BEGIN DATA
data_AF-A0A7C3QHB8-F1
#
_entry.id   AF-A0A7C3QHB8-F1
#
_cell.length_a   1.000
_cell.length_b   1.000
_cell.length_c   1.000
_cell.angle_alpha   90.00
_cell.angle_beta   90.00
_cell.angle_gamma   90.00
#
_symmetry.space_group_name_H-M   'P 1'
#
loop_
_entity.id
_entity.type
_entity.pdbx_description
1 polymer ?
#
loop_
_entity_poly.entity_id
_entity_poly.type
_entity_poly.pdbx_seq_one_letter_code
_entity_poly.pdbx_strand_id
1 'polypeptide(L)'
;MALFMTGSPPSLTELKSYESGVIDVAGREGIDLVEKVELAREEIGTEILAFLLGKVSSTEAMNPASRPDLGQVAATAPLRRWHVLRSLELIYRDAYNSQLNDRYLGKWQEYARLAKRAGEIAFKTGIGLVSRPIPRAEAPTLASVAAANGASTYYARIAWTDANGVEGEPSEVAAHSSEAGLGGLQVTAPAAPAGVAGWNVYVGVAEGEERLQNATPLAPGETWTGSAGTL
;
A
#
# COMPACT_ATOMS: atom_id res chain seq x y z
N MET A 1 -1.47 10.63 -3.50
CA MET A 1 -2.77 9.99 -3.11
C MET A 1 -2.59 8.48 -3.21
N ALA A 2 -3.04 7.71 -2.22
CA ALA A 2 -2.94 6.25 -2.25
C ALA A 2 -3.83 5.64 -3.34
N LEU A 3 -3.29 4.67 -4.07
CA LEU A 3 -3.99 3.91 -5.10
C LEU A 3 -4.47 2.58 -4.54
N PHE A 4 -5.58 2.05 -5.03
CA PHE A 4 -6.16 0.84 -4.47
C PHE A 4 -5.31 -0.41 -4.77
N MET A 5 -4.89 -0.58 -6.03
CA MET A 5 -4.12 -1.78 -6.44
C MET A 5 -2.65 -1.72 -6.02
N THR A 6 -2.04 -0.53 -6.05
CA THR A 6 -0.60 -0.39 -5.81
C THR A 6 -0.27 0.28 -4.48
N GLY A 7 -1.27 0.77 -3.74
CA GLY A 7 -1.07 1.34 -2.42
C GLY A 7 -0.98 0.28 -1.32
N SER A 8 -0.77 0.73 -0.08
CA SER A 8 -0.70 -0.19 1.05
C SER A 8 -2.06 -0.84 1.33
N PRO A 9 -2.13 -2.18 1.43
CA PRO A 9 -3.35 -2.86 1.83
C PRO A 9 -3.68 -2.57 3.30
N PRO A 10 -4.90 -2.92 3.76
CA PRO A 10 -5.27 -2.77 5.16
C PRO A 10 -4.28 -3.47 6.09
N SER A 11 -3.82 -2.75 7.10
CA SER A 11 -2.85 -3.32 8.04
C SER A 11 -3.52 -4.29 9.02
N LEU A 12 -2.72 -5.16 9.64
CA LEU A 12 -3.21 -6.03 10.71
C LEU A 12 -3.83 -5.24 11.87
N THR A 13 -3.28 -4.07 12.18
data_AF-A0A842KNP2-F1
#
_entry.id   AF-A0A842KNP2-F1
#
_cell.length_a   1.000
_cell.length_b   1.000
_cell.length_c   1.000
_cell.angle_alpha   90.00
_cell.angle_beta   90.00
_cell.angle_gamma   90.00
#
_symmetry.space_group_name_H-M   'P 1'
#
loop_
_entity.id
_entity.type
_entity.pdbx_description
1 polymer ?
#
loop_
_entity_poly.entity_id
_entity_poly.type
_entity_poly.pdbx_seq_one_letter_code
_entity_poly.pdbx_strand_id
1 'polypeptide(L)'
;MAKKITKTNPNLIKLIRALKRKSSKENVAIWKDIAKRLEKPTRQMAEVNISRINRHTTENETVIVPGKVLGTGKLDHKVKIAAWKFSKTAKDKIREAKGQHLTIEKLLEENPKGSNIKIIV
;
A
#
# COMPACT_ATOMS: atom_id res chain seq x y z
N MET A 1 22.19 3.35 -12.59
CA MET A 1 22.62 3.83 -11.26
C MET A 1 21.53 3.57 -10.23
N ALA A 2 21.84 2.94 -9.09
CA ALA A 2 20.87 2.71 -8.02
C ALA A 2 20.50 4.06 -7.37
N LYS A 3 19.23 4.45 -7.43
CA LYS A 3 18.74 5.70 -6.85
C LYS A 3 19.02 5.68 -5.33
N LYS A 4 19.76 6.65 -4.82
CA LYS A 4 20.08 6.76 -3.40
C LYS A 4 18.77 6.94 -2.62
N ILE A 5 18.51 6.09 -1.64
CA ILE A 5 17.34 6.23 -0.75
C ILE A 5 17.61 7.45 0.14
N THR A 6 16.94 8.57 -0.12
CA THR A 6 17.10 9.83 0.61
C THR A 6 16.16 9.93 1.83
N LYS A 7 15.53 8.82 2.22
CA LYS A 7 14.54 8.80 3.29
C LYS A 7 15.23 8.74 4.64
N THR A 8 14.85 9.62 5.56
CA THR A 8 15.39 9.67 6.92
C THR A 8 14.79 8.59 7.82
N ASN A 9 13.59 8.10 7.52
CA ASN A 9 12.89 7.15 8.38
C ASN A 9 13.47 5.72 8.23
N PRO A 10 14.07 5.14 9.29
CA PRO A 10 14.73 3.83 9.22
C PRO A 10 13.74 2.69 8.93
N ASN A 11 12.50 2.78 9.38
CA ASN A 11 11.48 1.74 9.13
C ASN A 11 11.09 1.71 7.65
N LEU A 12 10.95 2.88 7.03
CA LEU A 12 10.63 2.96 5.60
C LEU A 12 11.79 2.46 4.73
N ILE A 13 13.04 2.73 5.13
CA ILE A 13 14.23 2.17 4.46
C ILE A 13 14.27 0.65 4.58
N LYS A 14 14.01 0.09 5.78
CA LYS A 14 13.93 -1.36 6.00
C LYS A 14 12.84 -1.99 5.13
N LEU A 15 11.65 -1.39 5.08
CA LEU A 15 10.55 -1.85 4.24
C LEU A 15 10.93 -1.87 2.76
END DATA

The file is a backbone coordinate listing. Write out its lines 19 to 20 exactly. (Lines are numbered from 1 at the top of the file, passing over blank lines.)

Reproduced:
#
loop_